Once again Venice opens its arms to the world of art and its followers and prepares itself for the streets to be tread by millions. With such little time who should make time to see? Swide has got that covered.
It is back and bigger than ever. It has new participating countries and a message being communicated to the living artists with the help of three of Tintoretto's major canvases that will be displayed at the Central Pavilion. President, Paolo Baratta, states that these huge canvases by Tintoretto, who is considered as one of Italian history's most experimental artists, will be used "as a warning to living artists not to indulge in convention". The three works to be displayed are the Stealing of the Dead Body of St. Mark, the Creation of the Animals and the Last Supper.
Now, what of the title of the event this year? ILLUMInations? Director, Bice Coriger, explains "... it draws attention to the current developments in international art and the importance of such developments in a globalized world". She then comments of the use of nations within the title and that it "applies metaphorically to recent developments in the arts all over the world where overlapping groups form collectives of people representing a wide variety of smaller, more local activities and mentalities". An interesting concept, which will be uncovered as the event unfolds over the coming months.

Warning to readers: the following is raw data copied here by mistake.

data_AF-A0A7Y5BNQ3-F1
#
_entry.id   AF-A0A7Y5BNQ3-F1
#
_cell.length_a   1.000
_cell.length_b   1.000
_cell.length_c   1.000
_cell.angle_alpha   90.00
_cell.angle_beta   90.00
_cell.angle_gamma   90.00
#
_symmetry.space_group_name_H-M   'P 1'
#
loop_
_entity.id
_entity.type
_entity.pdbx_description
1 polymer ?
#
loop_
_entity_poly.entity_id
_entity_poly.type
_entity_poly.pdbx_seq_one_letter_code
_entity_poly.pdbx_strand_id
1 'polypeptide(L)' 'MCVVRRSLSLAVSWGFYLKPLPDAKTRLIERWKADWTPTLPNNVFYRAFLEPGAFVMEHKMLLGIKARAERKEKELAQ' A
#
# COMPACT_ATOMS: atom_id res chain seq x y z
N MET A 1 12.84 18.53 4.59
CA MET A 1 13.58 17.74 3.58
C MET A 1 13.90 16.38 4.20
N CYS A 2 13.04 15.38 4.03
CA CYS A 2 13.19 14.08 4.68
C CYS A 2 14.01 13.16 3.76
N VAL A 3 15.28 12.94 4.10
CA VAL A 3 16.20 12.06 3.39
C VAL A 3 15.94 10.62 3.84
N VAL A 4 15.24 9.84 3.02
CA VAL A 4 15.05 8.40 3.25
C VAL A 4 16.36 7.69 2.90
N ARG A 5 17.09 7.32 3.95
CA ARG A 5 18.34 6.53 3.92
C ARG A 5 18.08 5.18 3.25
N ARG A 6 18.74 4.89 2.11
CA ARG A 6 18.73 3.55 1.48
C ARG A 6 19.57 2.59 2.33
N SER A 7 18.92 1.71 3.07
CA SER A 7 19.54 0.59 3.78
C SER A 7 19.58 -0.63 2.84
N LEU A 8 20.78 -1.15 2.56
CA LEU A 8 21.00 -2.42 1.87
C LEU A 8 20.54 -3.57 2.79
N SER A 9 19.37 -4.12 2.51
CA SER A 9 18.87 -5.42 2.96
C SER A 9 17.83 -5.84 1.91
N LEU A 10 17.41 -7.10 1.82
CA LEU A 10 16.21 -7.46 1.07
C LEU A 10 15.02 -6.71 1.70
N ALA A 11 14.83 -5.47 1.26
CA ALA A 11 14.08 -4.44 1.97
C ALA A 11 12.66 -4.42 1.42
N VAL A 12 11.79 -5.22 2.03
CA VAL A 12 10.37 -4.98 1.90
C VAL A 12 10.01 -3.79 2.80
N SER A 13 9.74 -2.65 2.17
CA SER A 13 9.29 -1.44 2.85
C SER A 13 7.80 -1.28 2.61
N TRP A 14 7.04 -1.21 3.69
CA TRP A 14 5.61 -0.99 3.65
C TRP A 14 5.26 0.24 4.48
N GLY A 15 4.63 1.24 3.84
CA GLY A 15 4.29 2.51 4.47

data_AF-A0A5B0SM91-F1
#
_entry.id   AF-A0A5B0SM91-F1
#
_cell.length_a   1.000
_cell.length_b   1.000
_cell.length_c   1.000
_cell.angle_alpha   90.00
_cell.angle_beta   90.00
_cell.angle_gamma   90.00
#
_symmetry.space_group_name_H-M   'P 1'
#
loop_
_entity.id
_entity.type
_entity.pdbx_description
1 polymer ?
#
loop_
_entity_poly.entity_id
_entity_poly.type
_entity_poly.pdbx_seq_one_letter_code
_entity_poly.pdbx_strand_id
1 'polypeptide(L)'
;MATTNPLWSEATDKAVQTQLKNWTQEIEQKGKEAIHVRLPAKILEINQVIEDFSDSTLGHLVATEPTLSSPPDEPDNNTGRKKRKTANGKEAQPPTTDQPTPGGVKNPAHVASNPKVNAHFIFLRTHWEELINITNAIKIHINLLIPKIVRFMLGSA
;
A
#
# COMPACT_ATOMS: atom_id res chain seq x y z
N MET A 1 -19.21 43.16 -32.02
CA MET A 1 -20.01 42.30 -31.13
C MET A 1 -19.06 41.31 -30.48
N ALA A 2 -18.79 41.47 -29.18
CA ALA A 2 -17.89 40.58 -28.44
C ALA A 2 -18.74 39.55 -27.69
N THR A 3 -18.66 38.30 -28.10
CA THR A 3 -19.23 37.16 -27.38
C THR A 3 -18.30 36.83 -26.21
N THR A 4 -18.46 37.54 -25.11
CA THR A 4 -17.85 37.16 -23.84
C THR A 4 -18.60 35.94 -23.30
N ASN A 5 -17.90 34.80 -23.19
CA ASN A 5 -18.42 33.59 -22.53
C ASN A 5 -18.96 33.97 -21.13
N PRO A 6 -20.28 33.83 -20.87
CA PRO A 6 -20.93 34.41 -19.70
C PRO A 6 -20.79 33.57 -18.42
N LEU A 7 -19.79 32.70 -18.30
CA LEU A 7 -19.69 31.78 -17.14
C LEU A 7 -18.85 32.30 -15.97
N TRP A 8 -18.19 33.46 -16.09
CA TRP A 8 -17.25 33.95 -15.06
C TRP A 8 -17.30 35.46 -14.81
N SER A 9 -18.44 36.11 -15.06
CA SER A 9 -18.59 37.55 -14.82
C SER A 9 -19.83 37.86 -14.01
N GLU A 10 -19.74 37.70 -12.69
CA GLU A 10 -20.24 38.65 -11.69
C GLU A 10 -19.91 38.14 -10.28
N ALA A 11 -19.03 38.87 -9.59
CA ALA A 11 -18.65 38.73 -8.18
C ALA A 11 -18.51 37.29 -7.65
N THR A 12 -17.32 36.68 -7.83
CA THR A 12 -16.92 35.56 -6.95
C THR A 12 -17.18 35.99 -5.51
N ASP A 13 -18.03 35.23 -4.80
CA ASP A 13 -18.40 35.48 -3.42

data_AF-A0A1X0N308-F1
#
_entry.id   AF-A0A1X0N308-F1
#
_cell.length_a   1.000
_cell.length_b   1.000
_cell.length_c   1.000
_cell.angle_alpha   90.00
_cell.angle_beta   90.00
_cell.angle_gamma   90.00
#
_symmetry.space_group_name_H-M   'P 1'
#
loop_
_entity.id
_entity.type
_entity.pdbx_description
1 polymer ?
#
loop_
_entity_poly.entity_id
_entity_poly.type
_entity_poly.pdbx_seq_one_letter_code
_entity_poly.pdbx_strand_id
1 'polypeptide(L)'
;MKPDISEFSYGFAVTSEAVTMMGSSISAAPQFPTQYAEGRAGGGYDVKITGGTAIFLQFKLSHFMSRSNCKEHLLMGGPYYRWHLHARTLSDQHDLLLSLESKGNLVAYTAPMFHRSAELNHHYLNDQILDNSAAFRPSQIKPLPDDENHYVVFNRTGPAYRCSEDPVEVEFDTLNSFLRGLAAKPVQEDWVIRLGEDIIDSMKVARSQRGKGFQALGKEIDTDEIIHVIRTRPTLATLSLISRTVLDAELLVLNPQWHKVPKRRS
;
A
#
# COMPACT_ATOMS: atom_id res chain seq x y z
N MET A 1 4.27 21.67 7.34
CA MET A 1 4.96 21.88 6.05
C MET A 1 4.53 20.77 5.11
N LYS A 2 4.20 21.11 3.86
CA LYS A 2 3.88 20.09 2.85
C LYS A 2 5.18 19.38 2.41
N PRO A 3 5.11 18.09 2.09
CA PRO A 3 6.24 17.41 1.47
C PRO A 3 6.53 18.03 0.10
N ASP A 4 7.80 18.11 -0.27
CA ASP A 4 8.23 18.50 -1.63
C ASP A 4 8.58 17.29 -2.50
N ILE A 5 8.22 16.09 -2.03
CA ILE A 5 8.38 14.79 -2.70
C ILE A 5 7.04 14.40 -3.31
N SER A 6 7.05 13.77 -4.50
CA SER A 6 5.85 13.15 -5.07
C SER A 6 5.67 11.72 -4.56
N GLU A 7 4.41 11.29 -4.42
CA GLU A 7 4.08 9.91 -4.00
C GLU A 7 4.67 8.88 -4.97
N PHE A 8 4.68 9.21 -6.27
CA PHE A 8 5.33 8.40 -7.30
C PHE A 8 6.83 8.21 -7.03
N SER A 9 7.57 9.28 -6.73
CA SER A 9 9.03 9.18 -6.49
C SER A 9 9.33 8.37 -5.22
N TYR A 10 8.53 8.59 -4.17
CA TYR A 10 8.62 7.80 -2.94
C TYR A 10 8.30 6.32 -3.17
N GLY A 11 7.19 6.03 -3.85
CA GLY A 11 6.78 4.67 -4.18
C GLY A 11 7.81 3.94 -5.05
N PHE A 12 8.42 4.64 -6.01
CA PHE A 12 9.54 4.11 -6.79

With so much to chose from as always at La Biennale it can be difficult to prioritise your time effectively to avoid any arguements with those you are sharing the experience with or even for those who are going to soak up the atmosphere on their own.
Our list of ones to watch has come from our insider down at the world celebrated event, Gilda Manfring, who has written for us before. Her judgement can be trusted and so we feel confident in taking this advice. These recommendations come with little explanation and a mere overview as it is up to you, the audience, to discover these marvels and create your own opinions.
For any Pinocchio and Moby Dick fans out there La Biennale has something that might tickle your fancy by Loris Gréaud, a French artist, who has created Geppetto Pavilion, a life-size replica of a whale next to the waters of Venice. It has to be seen to be believed.
Monica Bonvicini has drawn, in part, inspiration from the elaborate stairs depicted in Tintoretto’s The Presentation of the Virgin and created a large-scale installation using different medias to immerse the viewer into the magnificance of her piece Untitled (15 Steps to Virgin).
Using nine Microfilm readers, Elisabetta Benassi an Italian artist, displays information on the backs of hundreds of press photographs. Vague information, yes, but this is something that has been said to be of utmost interest.
The Clock by Christian Marclay is a 24-hour piece composed of film in which characters interact with timepieces, whether they be looking at their watches, looking at a wall mounted clock or with a clock seen clearly within the frame.
Gelatin Pavilion – Some Like It Hot by GELITIN, a collective of four artists who met in 1978 and have been exhibiting internationally since 1993. Some Like It Hot involves a glass-melting furnace that operates continuously for the first week of La Biennale.
These are just five artists of the many that we have been recommend for you to see. We shall be introducing other artists in the upcoming weeks so keep your eyes fixed firmly on Swide.com. Until then let the art start.
Credits - www.labiennale.org
Text - by Ben Taylor.
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